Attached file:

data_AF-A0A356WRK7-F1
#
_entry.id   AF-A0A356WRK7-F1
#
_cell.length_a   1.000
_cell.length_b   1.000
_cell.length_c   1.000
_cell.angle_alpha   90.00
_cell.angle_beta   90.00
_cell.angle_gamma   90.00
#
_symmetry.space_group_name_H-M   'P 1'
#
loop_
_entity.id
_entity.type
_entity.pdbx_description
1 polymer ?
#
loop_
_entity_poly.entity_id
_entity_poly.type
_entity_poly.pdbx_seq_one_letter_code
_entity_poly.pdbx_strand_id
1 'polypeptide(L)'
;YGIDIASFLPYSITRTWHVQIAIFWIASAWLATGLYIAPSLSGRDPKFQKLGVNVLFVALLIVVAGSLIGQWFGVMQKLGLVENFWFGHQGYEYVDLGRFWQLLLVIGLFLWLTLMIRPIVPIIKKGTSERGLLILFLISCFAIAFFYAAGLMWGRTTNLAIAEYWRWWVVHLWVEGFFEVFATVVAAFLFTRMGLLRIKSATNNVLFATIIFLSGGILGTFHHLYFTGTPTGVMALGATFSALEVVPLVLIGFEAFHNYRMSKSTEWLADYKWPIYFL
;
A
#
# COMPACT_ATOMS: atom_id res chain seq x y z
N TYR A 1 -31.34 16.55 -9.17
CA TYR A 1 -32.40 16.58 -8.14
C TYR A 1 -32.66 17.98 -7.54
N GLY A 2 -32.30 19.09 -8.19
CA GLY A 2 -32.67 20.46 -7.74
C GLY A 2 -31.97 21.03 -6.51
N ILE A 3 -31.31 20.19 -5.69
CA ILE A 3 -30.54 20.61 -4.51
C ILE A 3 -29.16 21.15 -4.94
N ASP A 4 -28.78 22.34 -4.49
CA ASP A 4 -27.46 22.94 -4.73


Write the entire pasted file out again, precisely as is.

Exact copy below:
data_AF-A0A356WRK7-F1
#
_entry.id   AF-A0A356WRK7-F1
#
_cell.length_a   1.000
_cell.length_b   1.000
_cell.length_c   1.000
_cell.angle_alpha   90.00
_cell.angle_beta   90.00
_cell.angle_gamma   90.00
#
_symmetry.space_group_name_H-M   'P 1'
#
loop_
_entity.id
_entity.type
_entity.pdbx_description
1 polymer ?
#
loop_
_entity_poly.entity_id
_entity_poly.type
_entity_poly.pdbx_seq_one_letter_code
_entity_poly.pdbx_strand_id
1 'polypeptide(L)'
;YGIDIASFLPYSITRTWHVQIAIFWIASAWLATGLYIAPSLSGRDPKFQKLGVNVLFVALLIVVAGSLIGQWFGVMQKLGLVENFWFGHQGYEYVDLGRFWQLLLVIGLFLWLTLMIRPIVPIIKKGTSERGLLILFLISCFAIAFFYAAGLMWGRTTNLAIAEYWRWWVVHLWVEGFFEVFATVVAAFLFTRMGLLRIKSATNNVLFATIIFLSGGILGTFHHLYFTGTPTGVMALGATFSALEVVPLVLIGFEAFHNYRMSKSTEWLADYKWPIYFL
;
A
#
# COMPACT_ATOMS: atom_id res chain seq x y z
N TYR A 1 -31.34 16.55 -9.17
CA TYR A 1 -32.40 16.58 -8.14
C TYR A 1 -32.66 17.98 -7.54
N GLY A 2 -32.30 19.09 -8.19
CA GLY A 2 -32.67 20.46 -7.74
C GLY A 2 -31.97 21.03 -6.51
N ILE A 3 -31.31 20.19 -5.69
CA ILE A 3 -30.54 20.61 -4.51
C ILE A 3 -29.16 21.15 -4.94
N ASP A 4 -28.78 22.34 -4.49
CA ASP A 4 -27.46 22.94 -4.73